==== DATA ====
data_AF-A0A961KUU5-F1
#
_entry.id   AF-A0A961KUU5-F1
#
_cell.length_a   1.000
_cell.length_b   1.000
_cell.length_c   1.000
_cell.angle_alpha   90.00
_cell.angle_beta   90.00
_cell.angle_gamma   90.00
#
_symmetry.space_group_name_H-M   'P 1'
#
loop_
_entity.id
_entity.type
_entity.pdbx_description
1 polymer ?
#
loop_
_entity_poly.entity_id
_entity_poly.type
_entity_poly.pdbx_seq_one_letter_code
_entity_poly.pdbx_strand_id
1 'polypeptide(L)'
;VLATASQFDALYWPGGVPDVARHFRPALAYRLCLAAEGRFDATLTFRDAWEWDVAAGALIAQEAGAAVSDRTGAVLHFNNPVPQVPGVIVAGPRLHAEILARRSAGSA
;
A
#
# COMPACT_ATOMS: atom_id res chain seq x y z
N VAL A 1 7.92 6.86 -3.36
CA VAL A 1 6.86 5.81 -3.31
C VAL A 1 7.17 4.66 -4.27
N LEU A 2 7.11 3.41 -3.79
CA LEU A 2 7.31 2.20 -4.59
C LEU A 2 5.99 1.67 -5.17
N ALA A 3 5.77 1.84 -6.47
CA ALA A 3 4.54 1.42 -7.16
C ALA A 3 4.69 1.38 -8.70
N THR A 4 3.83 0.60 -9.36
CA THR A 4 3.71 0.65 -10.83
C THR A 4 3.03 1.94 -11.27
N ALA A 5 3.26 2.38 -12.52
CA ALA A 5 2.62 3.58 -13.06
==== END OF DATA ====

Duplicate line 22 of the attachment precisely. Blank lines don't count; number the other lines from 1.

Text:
_entity_poly.type